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clarkma5
So everyone, Pirelli included, has said that they were too conservative with their compound choices for the US Grand Prix at Austin. Paul Hembrey says they could've brought the Super Soft/Soft combo instead of the Medium/Hard combo that they did bring since the track temps were cooler than they thought they would be and the surface was quite smooth. This led lots of people to fearfully predict a degradation-free race where everyone just stopped once and ran around in a consistent procession. Well, that's not what we got at all.

Instead, the 5-10 laps it took most cars to get tires up to temperature ended up dominating proceedings and allowed all sorts of alternative strategies to play out. When was it best to take that warmup hit, when did you need to make that investment in getting the faster mediums up to temperature instead of running on your warm hards? Or vice-versa? This allowed all sorts of jumbled up pit stop windows and degrees of race pace to play off each other which allowed for masses of overtaking, wheel to wheel racing, and general excitement. It turned the tire formbook on its head completely.

Ever since Canada 2010, the battle cry for F1 entertainment has been "we need compounds that degrade to force people to juggle pace and windows for multiple pit stops to keep the field varied". It produces exciting racing because it produces more opportunities for cars to be out of position and then to have the pace differential to make passing moves stick. In 2011, the idea that putting on new tires and going faster right away to get the "undercut" was a total novelty for F1 strategy, particularly with the refueling era being so fresh in our minds. The problem is, however, while Pirelli has done a pretty good job at targeting 2-3 pit stops per race (the last few events tending toward 1), as F1 teams start to hone in on what's fastest, we start to get repetitive racing as everyone locks in on a 2 stop strategy, running option-option-prime with pit stops on laps 17-20 and 35-40, or whatever. We end up with pit stop races just like we used to have in the Bridgestone days and it starts to get dull again.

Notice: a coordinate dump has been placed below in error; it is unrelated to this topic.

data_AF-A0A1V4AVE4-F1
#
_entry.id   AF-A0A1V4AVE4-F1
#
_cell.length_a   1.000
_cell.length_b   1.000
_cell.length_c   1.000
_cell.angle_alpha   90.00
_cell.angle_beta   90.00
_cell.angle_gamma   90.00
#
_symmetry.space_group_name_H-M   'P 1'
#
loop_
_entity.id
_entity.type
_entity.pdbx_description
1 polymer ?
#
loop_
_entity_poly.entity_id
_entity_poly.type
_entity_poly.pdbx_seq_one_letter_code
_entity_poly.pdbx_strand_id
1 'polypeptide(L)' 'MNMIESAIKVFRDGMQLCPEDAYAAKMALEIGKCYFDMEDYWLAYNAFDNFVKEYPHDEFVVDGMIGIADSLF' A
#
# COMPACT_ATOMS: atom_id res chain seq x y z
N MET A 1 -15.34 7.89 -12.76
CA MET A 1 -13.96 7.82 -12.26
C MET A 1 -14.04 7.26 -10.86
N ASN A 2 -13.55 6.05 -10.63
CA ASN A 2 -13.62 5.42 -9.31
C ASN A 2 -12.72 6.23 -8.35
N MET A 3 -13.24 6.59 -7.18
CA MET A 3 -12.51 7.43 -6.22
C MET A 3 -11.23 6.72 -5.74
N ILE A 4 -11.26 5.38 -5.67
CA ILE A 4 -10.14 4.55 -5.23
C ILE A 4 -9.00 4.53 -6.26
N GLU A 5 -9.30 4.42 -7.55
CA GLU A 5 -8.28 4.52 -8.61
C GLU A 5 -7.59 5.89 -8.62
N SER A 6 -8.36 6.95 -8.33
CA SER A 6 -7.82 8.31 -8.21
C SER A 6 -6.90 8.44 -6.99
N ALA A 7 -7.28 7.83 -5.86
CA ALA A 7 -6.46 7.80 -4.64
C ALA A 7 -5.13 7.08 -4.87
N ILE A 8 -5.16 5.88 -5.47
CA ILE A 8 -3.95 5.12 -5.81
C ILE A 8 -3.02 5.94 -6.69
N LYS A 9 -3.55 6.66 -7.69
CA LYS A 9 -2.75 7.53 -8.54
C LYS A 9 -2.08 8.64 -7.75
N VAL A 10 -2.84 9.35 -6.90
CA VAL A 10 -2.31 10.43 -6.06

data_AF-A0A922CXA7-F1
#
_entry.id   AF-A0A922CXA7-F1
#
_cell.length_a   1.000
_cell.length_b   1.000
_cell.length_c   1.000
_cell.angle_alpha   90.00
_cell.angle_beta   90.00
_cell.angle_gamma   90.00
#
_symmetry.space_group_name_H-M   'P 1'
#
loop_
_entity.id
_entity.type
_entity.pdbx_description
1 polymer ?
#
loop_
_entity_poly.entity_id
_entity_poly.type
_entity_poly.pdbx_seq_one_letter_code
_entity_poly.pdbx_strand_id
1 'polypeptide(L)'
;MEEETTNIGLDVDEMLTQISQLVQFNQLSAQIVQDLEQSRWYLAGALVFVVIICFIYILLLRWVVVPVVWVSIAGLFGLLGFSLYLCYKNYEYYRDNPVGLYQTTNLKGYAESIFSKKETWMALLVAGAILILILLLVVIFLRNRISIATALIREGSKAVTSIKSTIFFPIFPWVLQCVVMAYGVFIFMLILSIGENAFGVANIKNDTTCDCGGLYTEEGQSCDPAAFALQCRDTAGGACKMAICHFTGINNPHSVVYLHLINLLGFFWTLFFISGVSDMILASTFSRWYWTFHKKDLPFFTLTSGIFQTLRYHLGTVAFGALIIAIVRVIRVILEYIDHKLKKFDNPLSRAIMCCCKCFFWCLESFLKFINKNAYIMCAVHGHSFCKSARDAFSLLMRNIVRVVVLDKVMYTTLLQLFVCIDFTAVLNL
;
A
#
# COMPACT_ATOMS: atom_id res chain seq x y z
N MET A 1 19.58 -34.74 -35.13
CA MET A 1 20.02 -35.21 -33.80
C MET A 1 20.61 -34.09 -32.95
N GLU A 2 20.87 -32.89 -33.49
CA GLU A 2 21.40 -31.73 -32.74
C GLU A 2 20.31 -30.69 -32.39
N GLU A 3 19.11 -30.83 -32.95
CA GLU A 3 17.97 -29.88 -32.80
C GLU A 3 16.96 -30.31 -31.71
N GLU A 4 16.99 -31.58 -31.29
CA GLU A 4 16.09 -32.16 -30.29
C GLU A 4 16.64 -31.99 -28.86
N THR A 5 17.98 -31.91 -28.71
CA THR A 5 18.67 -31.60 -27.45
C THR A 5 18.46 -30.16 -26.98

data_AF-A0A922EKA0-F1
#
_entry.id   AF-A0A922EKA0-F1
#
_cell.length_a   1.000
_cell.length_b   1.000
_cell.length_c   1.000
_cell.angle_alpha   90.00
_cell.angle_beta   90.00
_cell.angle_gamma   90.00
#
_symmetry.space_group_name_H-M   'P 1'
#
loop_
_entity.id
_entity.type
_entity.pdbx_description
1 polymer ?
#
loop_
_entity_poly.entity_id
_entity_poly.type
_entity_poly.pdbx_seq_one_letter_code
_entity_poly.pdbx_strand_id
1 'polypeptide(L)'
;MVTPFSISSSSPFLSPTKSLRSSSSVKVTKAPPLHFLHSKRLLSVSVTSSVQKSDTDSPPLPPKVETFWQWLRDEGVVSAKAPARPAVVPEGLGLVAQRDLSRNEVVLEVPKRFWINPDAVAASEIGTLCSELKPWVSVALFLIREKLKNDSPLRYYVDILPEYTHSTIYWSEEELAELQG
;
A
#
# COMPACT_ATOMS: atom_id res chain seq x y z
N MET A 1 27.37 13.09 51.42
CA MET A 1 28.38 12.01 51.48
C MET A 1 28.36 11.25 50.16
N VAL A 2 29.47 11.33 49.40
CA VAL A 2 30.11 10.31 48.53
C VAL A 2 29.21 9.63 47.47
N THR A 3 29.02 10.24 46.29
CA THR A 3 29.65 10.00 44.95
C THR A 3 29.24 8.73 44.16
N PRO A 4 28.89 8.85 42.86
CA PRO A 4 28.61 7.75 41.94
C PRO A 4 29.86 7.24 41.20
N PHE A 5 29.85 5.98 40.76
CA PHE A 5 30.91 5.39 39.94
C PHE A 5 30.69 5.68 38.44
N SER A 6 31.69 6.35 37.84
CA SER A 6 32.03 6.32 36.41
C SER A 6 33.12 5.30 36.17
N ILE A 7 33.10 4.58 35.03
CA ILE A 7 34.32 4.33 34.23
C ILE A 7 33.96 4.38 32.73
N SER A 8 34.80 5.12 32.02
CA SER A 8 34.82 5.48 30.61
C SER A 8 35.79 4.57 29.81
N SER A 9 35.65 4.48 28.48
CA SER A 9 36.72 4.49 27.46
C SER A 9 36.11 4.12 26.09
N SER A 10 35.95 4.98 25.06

Abu Dhabi was an exciting race for two reasons: a miscalibrated fueling machine at Red Bull put Vettel at the back of the grid and the driving standards were in shambles. So many drivers took themselves out with clumsy moves trying to make ground at a 1-stop Tilkedrome race that the carnage ended up creating the variation that we crave in exciting racing. But it wasn't QUALITY racing, in fact, it was rather poor.

Austin, however, was an exciting race where the standards of driving were exceptional. Amazing to think that only two weeks before these drivers were sliding into foam blocks behind safety cars, spearing into each other from off track, tapping each other into spins, and generally just looking amateur because on American soil there were so many moves that were bold, opportunistic, and yet showed incredible respect and restraint as the best drivers in the world kept themselves separated by a sheet of paper in their battles for position. And it was exciting because the tires were too hard, because these drivers had to get into a rhythm and drive their hearts out for laps on end just to make the round black things at the corners of their car bite into the tarmac. And with negative degradation (fuel burning off creating more time gain than the tire wear produced time loss) there was simultaneously the incentive to run long and push for position on track while giving teams the strategic option as to when they could choose to take that hit of tire warmup. The result was so much varied traffic and all sorts of changing pace throughout. The drivers brought their A-games and it was a wonderful, wonderful watch.

I vote for it as the race of the season. And we have Pirelli's overconservatism to thank, for they've accidentally created an entirely different sport than the one we've watched for the last 2 years.
skr
I'll have to agree that not only we saw some phenomenal racing, but it was actual racing as opposed to seeing which team can conserve their tires the best, or which team is capable of stretching fuel loads out. The thing I disliked about the tire situation in the beginning was the fact that there was a huge cost to driving hard. One blistering lap on softs to overtake with race fuel loads means the tires go off on the next lap or three. This makes the driver drive conservatively over the stretch of the race, which is what I generally dislike about this era of F1. I'd like to see drivers drive more on the limit and not have to worry so much about running out of fuel or shredding tires. More negative degradation!
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